(RxWiki News) Kidney disease patients have a higher risk of death and kidney failure than others. It was thought that adding high blood pressure or diabetes to the mix boosted these risks. But kidney disease alone may be enough.
Even in people without high blood pressure or diabetes, chronic kidney disease itself may be a strong sign of the risk of death and end-stage renal disease (complete or near-complete kidney failure), according to two recent studies.
"Get regular check-ups if you have kidney disease."
In many cases, chronic kidney disease is accompanied by diabetes and high blood pressure, or hypertension. High blood pressure is the most common of these two conditions among people with kidney disease. In two separate studies, researchers at Johns Hopkins University examined the risk of death and end-stage renal disease in patients with chronic kidney disease.
In the first study, Bakhtawar K. Mahmoodi, MD, PhD, from the Johns Hopkins Bloomberg School of Public Health and University Medical Center Groningen in the Netherlands, and colleagues examined these risks in kidney disease patients with and without high blood pressure.
They found low kidney function and high urine protein (a sign of kidney damage) were associated with the risk of heart-related death and death from all causes in kidney disease patients with and without high blood pressure.
Similarly, low kidney function and high urine protein were associated with the development of end-stage renal disease, whether or not patients had high blood pressure.
The association with death was stronger in patients without high blood pressure than in those with high blood pressure. Among those without high blood pressure, the hazard ratio for death was 1.77, compared to 1.24 among those with high blood pressure.
A hazard ratio explains how often an event happens in one group versus another. A hazard ratio of more than 1.0 means one group has a higher risk of that event - in this case, death from all causes. The association with end-stage renal disease was not different between those with and those without high blood pressure.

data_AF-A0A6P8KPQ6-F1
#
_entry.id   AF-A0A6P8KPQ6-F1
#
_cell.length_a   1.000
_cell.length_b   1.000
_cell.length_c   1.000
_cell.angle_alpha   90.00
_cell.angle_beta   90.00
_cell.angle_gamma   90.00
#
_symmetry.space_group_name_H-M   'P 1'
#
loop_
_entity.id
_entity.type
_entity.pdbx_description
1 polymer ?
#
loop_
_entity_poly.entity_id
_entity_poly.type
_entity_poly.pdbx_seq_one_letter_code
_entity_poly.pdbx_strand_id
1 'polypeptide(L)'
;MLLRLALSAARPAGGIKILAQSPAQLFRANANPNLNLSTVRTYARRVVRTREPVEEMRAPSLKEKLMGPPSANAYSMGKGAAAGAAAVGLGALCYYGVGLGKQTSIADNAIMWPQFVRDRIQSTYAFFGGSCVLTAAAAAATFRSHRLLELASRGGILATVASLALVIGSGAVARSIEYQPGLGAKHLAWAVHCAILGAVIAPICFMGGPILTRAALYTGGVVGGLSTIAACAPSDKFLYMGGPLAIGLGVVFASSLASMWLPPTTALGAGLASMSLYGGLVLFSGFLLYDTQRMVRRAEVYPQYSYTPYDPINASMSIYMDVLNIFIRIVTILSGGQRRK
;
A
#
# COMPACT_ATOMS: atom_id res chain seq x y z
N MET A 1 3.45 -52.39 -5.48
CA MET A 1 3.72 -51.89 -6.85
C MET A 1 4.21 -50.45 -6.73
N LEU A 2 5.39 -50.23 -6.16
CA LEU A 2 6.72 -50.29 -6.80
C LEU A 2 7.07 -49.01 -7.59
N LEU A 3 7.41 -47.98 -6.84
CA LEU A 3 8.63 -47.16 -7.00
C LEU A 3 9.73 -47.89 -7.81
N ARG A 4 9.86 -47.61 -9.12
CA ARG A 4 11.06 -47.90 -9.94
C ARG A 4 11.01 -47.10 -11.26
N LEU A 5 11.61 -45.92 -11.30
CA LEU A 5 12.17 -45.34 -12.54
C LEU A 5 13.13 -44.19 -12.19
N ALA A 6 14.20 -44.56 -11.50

In the second study, Caroline Fox, MD, of the Framingham Heart Study and National Institutes of Health, and colleagues looked at the links between kidney disease and the risks of death and end-stage renal disease in kidney disease patients with and without diabetes.
Overall, kidney disease patients with diabetes had a higher risk of heart-related death, death from all causes and end-stage renal disease, compared to patients without diabetes. Generally, the risk of death was 1.2 to 1.9 times higher among those with diabetes than those without diabetes.
When patients were grouped by kidney function and urine protein levels, the relative risks of death and end-stage renal disease were fairly similar whether or not patients had diabetes.
"Chronic kidney disease should be regarded as at least an equally relevant risk factor for [death] and end-stage renal disease in individuals without hypertension as it is in those with hypertension," said Dr. Mahmoodi.
The research was supported by the US National Kidney Foundation and National Institutes of Health among others. The studies were published in The Lancet. No conflicts of interest were disclosed.